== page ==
Multilevel Modeling

17. Power and Sample Size

As we have emphasized, multilevel models are not about modeling each neighborhood separately; rather, the sample of neighborhoods is seen as one realization from a population of neighborhoods.

When designing a powerful multilevel study it is vital, therefore, to consider the importance of two things:

  1. Determining sample sizes at the various levels of analysis; and
  2. Ensuring the property of exchangeability.

We first discuss the issue of sampling in multilevel analysis.

It is vital that the study design has ‘adequate’ number of units at all the levels of analysis. Specifically, by increasing sample sizes at all levels, estimates and their standard errors become more accurate. The analysis of binomial data in particular requires larger samples than the analysis of normally distributed data (Hox, 2002). Determination of sample sizes at level-1 and level-2 units for efficiency, unbiasedness and consistency of parameter estimates is not entirely straight-forward and this is especially the case if we are interested in the random slopes component.

In a two-level random intercepts model, the sample design question is analogous to computing the effective sample size in two-stage cluster sampling, as given by (Kish, 1965). Effective sample size of a two-stage cluster sampling design, neff, is computed by: neff=n/[1+(nclus –1)ρ], where n is the total number of individuals in the study, that is, the actual sample size; nclus is the number of individuals per neighborhood; and ρ is the intra-class correlation. However, the analogy is not straightforward for random slopes models, because the ICC for these models is a function of the independent variable.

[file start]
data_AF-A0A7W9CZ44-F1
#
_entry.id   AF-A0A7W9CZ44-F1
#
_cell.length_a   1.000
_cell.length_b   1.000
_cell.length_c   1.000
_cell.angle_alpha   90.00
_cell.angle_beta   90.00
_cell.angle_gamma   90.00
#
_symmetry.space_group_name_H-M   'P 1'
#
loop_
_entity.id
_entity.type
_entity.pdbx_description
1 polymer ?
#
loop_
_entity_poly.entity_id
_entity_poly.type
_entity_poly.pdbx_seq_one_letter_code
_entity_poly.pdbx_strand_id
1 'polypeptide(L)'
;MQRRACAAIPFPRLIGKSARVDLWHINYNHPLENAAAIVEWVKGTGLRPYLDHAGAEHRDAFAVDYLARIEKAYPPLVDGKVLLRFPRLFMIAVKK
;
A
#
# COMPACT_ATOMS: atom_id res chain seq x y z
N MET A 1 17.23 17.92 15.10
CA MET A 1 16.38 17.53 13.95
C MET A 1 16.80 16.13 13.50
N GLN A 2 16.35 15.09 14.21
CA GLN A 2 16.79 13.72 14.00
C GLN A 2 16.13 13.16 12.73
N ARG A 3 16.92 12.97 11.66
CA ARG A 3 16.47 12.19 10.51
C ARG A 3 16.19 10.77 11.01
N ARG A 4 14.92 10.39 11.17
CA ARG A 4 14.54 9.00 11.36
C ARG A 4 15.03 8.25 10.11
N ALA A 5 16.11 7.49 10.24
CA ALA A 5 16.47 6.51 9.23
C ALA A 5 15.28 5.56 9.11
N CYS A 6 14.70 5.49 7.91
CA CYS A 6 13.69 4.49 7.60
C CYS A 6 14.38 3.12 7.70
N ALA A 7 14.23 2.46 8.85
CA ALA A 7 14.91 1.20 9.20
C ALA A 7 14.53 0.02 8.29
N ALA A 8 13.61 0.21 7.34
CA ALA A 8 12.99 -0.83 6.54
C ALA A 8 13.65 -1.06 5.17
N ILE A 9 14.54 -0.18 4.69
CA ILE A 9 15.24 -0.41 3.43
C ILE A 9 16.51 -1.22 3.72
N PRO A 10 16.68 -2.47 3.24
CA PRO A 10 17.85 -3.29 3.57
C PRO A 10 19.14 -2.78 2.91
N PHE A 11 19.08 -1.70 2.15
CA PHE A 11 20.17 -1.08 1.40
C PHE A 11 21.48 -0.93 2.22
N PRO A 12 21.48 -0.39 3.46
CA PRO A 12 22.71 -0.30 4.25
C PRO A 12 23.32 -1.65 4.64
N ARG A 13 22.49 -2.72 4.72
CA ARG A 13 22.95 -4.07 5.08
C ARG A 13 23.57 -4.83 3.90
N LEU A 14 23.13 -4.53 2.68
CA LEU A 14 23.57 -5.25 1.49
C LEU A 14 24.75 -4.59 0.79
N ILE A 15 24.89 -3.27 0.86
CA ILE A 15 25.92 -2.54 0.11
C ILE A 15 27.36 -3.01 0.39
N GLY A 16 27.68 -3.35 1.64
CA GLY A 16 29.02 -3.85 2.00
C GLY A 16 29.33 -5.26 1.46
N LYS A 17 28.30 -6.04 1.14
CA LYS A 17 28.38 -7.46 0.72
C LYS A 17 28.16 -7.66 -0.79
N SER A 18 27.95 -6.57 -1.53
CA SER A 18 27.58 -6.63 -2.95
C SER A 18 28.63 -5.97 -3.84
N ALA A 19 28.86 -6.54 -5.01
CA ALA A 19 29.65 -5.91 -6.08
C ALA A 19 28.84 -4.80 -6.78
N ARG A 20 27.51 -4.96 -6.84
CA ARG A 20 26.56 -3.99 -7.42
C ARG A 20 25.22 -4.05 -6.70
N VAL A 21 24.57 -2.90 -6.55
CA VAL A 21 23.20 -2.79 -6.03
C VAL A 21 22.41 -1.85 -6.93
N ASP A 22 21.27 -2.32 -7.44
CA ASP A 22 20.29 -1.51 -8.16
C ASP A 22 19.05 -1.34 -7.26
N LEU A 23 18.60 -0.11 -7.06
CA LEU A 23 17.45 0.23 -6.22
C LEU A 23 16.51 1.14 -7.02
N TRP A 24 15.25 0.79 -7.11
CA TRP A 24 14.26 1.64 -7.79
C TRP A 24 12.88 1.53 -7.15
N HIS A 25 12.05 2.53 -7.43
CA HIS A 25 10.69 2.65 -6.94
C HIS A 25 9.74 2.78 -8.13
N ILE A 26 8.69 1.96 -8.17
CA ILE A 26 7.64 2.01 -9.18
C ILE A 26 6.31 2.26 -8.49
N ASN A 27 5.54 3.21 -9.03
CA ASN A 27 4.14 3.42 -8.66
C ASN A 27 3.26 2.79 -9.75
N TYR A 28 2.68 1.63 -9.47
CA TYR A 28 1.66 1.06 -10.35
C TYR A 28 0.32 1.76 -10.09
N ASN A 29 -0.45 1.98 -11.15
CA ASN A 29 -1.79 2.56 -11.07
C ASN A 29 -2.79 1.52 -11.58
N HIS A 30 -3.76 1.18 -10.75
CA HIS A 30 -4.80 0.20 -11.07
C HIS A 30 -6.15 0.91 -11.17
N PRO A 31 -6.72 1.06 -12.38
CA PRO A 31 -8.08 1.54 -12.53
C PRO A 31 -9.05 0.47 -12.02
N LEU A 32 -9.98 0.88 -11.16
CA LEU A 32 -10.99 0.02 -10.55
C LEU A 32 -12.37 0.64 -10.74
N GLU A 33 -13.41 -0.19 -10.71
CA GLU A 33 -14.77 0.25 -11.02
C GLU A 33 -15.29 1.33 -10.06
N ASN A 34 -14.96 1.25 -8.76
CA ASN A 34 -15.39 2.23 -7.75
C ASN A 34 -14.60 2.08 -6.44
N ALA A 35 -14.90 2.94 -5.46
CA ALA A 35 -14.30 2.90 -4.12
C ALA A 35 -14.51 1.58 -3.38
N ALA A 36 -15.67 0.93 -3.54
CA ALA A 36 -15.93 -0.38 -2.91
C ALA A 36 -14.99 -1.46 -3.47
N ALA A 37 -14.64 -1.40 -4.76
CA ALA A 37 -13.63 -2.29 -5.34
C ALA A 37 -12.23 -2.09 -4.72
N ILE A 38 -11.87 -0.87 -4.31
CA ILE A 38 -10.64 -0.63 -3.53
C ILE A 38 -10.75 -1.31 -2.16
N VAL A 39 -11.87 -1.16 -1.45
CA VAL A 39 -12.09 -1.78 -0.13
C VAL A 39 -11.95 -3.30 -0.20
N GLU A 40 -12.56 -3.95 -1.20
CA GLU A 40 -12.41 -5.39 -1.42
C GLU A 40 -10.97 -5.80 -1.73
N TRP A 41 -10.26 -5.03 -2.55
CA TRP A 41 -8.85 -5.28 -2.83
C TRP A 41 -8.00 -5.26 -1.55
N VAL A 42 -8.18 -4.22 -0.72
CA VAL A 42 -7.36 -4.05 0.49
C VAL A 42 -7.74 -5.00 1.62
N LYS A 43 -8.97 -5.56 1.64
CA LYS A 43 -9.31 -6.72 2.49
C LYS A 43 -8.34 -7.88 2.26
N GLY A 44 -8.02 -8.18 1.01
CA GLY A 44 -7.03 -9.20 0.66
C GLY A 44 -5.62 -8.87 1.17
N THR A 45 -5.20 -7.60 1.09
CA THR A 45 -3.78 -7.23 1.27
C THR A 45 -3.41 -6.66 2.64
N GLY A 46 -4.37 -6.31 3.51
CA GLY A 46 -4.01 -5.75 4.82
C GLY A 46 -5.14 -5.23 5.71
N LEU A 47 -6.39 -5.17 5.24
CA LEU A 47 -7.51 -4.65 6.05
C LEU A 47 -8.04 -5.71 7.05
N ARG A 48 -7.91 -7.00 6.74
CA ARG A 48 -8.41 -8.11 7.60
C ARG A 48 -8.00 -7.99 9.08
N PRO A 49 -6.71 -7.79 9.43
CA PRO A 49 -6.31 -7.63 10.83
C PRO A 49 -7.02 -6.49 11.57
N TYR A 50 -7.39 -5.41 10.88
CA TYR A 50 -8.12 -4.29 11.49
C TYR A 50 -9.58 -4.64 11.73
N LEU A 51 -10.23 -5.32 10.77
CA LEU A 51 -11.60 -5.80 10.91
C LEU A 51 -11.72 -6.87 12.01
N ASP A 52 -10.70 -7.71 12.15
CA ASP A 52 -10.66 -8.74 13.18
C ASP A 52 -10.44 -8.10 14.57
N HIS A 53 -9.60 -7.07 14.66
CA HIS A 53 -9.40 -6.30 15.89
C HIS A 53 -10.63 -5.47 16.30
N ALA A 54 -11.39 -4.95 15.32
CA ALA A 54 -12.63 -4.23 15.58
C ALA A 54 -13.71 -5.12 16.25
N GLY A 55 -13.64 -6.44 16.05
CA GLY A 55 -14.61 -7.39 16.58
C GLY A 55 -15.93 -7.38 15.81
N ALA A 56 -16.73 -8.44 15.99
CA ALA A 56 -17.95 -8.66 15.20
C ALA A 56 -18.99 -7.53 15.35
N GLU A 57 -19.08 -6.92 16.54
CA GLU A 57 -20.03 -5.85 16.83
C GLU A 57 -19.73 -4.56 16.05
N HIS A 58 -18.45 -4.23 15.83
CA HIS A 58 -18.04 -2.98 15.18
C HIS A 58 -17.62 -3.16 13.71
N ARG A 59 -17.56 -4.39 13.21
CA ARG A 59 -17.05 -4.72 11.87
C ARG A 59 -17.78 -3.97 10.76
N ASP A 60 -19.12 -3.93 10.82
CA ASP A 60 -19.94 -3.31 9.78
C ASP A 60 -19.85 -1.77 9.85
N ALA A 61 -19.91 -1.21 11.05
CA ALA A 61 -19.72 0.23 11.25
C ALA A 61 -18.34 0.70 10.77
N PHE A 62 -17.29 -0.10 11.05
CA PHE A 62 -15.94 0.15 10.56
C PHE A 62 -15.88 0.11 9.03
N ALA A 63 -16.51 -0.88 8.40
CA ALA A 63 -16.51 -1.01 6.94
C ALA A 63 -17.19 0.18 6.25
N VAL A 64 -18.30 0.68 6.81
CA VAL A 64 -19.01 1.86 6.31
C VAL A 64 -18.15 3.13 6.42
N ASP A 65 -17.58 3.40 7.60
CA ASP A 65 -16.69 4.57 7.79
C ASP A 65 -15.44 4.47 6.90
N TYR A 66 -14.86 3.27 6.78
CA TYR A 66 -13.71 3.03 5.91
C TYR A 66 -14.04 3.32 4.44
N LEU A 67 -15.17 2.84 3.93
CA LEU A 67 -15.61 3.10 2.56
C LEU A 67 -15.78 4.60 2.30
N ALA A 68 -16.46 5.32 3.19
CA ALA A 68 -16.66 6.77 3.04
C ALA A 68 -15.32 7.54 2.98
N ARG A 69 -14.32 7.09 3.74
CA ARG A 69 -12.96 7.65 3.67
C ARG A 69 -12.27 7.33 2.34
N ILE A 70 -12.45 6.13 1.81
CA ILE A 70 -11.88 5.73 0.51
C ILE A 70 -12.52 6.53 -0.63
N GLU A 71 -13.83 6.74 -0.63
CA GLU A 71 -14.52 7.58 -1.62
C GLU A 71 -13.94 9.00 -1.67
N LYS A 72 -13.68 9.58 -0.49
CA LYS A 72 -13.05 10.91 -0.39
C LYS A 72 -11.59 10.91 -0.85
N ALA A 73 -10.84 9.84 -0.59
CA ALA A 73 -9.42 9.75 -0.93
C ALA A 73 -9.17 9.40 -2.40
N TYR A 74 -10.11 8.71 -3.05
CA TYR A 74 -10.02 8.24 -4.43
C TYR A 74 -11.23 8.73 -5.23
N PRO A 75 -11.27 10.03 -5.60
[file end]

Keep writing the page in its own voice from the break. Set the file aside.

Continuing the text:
Consensus has yet to be developed on the precise power calculations within multilevel models. Some argue for a sample of at least 30 groups with at least 30 individuals in each group (Kreft, 1996). This advice is considered sound provided the interest is largely in the fixed parameters. Modification to this ‘rule’ is advised if interest is in estimating cross-level interactions and/or variance and covariance components (Hox, 2002). For the former, a 50/20 ‘rule’ is recommended (about 50 neighborhoods with at least 20 individuals per neighborhood) and for a variance-covariance components model about 100 neighborhoods with about 10 individuals per neighborhood is suggested.

Indeed, if this is the case then one has to be cautious about making neighborhood-specific predictions. These ‘rules’ take into account that there are costs attached to data collection, such that if the number of neighborhoods is increased, the number of individuals per neighborhood decreases (Snijders and Bosker, 1993; Snijders, 2001).

Hox, J. (2002) Multilevel analysis: Techniques and applications. Mahwah, NJ: Lawrence Erlbaum Associates.
Kish, L. (1965) Survey sampling. New York: John Wiley.
Kreft, I. G. G. (1996) Are multilevel techniques necessary? An overview including simulation studies. Los Angeles: Calfornia State University.
Snijders, T. A. B. (2001) Sampling. In: A. H. Leyland and H. Goldstein (Eds.). Multilevel modelling of health statistics. Chichester: John Wiley. 159-174.
Snijders, T. A. B., Bosker, R. J. (1993) Standard errors and sample sizes for two-level research. Journal of Educational Statistics 18: 237-259.
Snijders, T. A. B. (2001) Sampling. In: A. H. Leyland and H. Goldstein (Eds.). Multilevel modelling of health statistics. Chichester: John Wiley. 159-174.